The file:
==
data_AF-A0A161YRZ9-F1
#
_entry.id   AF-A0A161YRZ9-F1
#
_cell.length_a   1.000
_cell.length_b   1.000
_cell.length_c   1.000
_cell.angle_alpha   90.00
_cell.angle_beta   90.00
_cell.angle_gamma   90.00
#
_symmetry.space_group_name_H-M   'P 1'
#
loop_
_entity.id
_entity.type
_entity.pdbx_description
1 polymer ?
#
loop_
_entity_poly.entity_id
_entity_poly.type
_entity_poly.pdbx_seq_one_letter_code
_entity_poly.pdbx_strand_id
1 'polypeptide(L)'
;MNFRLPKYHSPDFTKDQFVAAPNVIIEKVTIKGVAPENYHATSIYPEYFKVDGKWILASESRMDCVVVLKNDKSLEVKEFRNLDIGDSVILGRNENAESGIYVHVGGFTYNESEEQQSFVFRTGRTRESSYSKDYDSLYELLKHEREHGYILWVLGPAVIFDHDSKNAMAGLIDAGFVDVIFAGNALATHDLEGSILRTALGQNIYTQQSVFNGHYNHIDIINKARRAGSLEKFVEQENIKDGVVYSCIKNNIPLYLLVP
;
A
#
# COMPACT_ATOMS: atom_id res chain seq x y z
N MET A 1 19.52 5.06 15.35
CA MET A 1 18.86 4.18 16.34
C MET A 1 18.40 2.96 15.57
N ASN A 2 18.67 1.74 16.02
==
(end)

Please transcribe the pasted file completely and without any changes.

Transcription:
data_AF-A0A161YRZ9-F1
#
_entry.id   AF-A0A161YRZ9-F1
#
_cell.length_a   1.000
_cell.length_b   1.000
_cell.length_c   1.000
_cell.angle_alpha   90.00
_cell.angle_beta   90.00
_cell.angle_gamma   90.00
#
_symmetry.space_group_name_H-M   'P 1'
#
loop_
_entity.id
_entity.type
_entity.pdbx_description
1 polymer ?
#
loop_
_entity_poly.entity_id
_entity_poly.type
_entity_poly.pdbx_seq_one_letter_code
_entity_poly.pdbx_strand_id
1 'polypeptide(L)'
;MNFRLPKYHSPDFTKDQFVAAPNVIIEKVTIKGVAPENYHATSIYPEYFKVDGKWILASESRMDCVVVLKNDKSLEVKEFRNLDIGDSVILGRNENAESGIYVHVGGFTYNESEEQQSFVFRTGRTRESSYSKDYDSLYELLKHEREHGYILWVLGPAVIFDHDSKNAMAGLIDAGFVDVIFAGNALATHDLEGSILRTALGQNIYTQQSVFNGHYNHIDIINKARRAGSLEKFVEQENIKDGVVYSCIKNNIPLYLLVP
;
A
#
# COMPACT_ATOMS: atom_id res chain seq x y z
N MET A 1 19.52 5.06 15.35
CA MET A 1 18.86 4.18 16.34
C MET A 1 18.40 2.96 15.57
N ASN A 2 18.67 1.74 16.02